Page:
Word-of-Mouth Is Not a Launch Strategy


Launch Strategy

Your marketing launch is the most important element of startup success these days—to get customer attention in this world of information overload. Yet it is the one element that too many entrepreneurs focus on only as an afterthought. Everyone assumes their product or service is so great that word-of-mouth will carry the day for them.

Even great products need great marketing content to fuel the ascent of their online message. A couple of years ago I came across a modern-day primer on the key elements of great online content called “Launch: How to Quickly Propel Your Business Beyond the Competition,” by Michael Stelzner, founder of SocialMediaExaminer.com.

Stelzner delivers field-tested guidance on how to create the core elements of great content for your announcement, webinars, blog posts, Facebook contests, newsletters, Internet TV and other initiatives. It’s all about content that will bring the masses to your business.

1.  Highly relevant
To get to the core of what’s relevant to customers, you need to know them well. Use your content as a way to make a connection between your business and things that matter to potential customers. The more frequently you can deliver content that meets the needs and desires of your customers, the more relevant you will become to them.

2.  Educational

Helping customers discover new ways to solve common problems can quickly build you a loyal following. Your content must continue to deliver new ideas. In simple terms, this is where you share your knowledge, as well as the guidance from other experts, for free.

3.  Easy to digest
A conversational tone should be the basis for all of your content. Highly relevant and educational content is irrelevant if you can’t make it easy for people to understand. Common approaches include the use of metaphors, storytelling and making sure to always stay on topic.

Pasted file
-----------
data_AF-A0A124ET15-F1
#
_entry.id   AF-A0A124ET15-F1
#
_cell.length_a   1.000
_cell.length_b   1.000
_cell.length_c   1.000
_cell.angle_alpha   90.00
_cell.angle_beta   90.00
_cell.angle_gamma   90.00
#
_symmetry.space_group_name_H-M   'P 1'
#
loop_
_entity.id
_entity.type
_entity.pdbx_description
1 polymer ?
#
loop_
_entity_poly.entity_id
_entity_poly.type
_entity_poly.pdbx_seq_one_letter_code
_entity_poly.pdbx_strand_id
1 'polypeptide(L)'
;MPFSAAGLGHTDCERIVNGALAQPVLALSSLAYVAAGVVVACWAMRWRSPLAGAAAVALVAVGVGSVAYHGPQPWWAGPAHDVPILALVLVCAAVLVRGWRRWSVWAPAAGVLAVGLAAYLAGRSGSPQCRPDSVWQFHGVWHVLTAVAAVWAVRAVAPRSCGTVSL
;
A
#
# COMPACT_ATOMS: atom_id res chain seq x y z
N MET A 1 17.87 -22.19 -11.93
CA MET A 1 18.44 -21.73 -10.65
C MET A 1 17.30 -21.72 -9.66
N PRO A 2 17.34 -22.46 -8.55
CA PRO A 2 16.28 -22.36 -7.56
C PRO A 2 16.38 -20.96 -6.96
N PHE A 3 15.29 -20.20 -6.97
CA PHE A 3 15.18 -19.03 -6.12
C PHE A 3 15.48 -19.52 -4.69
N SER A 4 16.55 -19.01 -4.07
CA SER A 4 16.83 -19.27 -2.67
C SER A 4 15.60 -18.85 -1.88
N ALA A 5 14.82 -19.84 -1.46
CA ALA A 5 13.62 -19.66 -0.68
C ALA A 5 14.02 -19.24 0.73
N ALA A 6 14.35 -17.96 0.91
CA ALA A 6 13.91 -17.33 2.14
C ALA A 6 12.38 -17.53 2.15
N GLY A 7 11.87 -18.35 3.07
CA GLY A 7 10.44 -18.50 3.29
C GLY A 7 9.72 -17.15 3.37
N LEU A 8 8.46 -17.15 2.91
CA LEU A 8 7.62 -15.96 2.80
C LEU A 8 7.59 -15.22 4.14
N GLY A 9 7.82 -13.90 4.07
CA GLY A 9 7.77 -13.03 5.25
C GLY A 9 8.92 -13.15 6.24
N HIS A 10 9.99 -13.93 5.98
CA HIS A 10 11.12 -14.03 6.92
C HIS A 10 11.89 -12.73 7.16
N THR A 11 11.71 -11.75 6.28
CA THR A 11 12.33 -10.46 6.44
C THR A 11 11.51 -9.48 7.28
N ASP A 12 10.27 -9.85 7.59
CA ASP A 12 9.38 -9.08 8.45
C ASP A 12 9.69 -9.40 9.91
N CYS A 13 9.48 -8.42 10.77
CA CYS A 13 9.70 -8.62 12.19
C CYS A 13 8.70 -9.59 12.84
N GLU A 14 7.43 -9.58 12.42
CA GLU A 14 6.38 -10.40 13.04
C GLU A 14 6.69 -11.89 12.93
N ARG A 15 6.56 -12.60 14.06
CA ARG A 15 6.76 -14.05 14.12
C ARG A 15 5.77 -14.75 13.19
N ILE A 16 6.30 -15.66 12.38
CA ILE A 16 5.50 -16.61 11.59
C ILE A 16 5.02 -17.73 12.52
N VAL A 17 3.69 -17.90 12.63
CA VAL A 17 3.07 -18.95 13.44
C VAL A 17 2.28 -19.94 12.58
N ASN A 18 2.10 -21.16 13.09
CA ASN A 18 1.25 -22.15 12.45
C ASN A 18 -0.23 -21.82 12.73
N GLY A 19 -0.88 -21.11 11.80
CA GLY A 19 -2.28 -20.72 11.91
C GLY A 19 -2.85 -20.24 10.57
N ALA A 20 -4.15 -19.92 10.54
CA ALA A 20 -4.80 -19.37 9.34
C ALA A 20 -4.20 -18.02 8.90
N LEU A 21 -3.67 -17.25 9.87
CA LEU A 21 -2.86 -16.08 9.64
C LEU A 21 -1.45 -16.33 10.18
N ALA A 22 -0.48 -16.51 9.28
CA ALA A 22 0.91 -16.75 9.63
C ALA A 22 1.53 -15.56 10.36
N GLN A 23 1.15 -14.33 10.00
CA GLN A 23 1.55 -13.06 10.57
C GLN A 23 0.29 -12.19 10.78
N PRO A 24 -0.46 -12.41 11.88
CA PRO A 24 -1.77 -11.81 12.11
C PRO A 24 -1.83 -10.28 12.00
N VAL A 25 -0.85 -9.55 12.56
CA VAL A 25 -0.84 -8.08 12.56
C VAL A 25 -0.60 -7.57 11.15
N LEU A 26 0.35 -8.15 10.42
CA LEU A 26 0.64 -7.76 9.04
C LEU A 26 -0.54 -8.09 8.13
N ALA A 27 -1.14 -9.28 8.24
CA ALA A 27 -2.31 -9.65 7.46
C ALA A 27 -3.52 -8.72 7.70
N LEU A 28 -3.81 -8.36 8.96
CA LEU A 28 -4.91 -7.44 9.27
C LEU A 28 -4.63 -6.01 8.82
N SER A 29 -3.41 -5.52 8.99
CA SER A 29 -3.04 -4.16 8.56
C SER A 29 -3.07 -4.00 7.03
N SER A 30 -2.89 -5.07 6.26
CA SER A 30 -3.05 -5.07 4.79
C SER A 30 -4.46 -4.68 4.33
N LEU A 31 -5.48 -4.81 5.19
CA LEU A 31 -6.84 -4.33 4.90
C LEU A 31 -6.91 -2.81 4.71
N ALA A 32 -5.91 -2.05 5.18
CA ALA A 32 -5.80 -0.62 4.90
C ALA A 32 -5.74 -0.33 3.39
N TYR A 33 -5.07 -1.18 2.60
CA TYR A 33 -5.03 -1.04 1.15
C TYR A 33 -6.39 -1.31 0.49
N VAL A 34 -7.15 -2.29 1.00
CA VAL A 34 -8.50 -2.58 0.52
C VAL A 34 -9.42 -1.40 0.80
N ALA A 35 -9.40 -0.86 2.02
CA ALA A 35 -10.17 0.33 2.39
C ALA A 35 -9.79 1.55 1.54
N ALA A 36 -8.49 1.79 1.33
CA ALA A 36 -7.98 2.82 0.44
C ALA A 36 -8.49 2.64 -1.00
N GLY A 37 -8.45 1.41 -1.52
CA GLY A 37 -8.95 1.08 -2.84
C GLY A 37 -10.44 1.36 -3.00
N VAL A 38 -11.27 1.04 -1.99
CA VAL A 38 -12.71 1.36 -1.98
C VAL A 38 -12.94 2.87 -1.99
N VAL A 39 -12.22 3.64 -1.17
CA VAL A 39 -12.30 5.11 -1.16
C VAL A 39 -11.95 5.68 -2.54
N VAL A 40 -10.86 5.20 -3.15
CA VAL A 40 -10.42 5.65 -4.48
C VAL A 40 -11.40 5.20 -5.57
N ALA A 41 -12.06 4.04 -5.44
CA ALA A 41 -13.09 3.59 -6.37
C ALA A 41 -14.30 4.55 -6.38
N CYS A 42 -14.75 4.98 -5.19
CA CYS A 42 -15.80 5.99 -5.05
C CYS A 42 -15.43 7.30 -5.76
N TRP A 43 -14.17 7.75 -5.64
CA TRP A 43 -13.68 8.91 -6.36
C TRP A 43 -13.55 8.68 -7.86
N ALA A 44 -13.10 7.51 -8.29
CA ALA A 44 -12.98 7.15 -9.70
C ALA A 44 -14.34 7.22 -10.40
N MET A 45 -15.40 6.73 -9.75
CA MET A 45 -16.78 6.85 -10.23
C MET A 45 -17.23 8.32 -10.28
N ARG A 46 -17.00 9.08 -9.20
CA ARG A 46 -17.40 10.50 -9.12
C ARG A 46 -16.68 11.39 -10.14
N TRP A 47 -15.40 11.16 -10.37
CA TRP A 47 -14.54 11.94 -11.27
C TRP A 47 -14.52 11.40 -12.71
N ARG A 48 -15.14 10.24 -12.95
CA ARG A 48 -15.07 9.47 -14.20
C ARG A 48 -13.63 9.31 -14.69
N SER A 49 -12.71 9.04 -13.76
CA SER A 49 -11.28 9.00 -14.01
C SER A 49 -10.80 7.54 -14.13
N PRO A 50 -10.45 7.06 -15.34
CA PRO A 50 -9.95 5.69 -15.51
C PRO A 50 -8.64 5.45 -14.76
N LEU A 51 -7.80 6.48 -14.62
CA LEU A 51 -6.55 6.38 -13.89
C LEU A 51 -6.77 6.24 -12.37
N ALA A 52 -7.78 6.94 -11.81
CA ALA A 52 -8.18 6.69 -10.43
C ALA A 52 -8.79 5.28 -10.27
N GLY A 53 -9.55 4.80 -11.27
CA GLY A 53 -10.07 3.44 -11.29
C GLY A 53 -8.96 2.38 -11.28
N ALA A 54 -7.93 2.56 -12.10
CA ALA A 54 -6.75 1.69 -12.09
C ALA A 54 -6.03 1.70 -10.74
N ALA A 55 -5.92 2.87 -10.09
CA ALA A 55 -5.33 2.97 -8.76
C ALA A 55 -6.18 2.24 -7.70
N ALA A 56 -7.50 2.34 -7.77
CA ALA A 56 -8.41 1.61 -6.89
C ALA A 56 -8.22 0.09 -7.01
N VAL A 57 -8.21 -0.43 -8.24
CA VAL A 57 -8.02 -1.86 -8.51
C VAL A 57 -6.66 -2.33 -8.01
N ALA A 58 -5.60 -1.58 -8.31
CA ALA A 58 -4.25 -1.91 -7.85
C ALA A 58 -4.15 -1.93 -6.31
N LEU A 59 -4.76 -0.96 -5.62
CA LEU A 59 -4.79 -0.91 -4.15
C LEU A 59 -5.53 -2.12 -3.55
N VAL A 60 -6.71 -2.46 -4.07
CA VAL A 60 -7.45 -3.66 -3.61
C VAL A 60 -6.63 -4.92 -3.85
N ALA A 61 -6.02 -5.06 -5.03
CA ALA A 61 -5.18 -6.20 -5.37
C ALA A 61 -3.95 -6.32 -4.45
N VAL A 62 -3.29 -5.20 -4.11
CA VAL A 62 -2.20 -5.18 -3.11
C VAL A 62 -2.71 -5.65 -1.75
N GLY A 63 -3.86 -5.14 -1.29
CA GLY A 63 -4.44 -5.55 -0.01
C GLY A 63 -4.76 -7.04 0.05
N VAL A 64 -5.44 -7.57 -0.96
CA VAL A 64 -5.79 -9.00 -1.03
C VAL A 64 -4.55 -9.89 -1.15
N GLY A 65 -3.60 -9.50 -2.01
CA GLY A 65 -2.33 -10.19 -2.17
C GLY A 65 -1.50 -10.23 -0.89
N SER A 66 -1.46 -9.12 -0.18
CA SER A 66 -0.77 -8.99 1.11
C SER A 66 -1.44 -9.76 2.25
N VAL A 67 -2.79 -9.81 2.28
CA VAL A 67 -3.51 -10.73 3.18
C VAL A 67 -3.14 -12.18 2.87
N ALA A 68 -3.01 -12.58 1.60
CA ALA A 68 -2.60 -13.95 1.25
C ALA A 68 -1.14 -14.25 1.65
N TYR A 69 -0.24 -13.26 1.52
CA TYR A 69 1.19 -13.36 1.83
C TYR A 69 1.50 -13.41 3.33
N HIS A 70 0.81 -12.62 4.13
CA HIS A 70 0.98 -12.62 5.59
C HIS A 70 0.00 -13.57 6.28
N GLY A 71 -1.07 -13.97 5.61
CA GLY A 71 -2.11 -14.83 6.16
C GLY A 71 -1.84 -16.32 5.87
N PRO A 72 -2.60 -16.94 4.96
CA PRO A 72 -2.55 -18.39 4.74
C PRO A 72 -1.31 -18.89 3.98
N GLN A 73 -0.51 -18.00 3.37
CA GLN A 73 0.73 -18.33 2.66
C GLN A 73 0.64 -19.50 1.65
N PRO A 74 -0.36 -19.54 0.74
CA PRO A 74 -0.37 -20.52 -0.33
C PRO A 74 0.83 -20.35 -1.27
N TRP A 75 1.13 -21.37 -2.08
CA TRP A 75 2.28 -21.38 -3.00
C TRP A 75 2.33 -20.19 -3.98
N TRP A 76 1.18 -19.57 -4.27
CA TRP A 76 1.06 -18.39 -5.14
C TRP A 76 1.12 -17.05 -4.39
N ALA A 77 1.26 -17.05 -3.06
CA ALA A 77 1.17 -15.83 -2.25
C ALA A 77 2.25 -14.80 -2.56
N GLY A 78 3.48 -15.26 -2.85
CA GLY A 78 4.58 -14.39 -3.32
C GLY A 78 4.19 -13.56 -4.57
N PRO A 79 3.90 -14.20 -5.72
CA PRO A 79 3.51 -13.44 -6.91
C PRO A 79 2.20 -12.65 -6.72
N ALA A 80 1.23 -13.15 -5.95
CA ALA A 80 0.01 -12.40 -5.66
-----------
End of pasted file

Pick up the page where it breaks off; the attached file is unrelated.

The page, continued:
4.  Visually appealing
The eye is just as important as the mind when it comes to customers. The old saying, “A picture is worth a thousand words,” is still alive and relevant. Make sure your paragraphs are short. Use callouts and bullets to help the reader speed through your content.

5.  Conversation-inviting
Great content is conversational. If you want to connect with customers, put aside your writing formalities. Your language doesn’t have to be perfect. It’s pretty simple to do. Simply speak out loud. Then write it down. The message should spark a side conversation between friends and a follow-up comment to you.

6.  Lacks a sales angle
Great content shouldn’t have any obvious marketing messages or sales pitches embedded inside of it. If your content is about your specific product or service, that’s not great content; it’s marketing collateral. People won’t flock to marketing materials.

Creating these core elements is a lot easier if you can team with outside experts to help you. They have what your readers seek: important, worthwhile knowledge. Plus, some experts already have a large following of their own. They are a shortcut that can put you far ahead of your competition.

Some experts are so instrumental that they are called “fire starters.” These are people who have so much influence that their endorsement can ignite your efforts nearly overnight. The best potential fire starters have the eyes and ears of people who closely match your ideal base. Nurture these relationships and provide generous value to them in return.

Every marketer throws around the word “content,” but few have mastered the art and science of creating useful, thought-provoking and viral content. Great content doesn’t happen by accident. Start planning early, build your own skills or find the best expertise you can afford. There is nothing more devastating than a good business that fails to launch.

Reprinted by permission.

Image credit: CC by Steven Depolo

About the author: Martin Zwilling

Martin is the CEO & Founder of Startup Professionals, Inc., a consultancy focused on assisting entrepreneurs with mentoring, business strategy and planning, and networking.

Martin for years has provided entrepreneurs with first-hand advice, mentoring and business plan assistance as a startup consultant. He has a unique combination of business and high-tech experience, and executive mentoring and connecting startups with potential investors, board members, and service providers.

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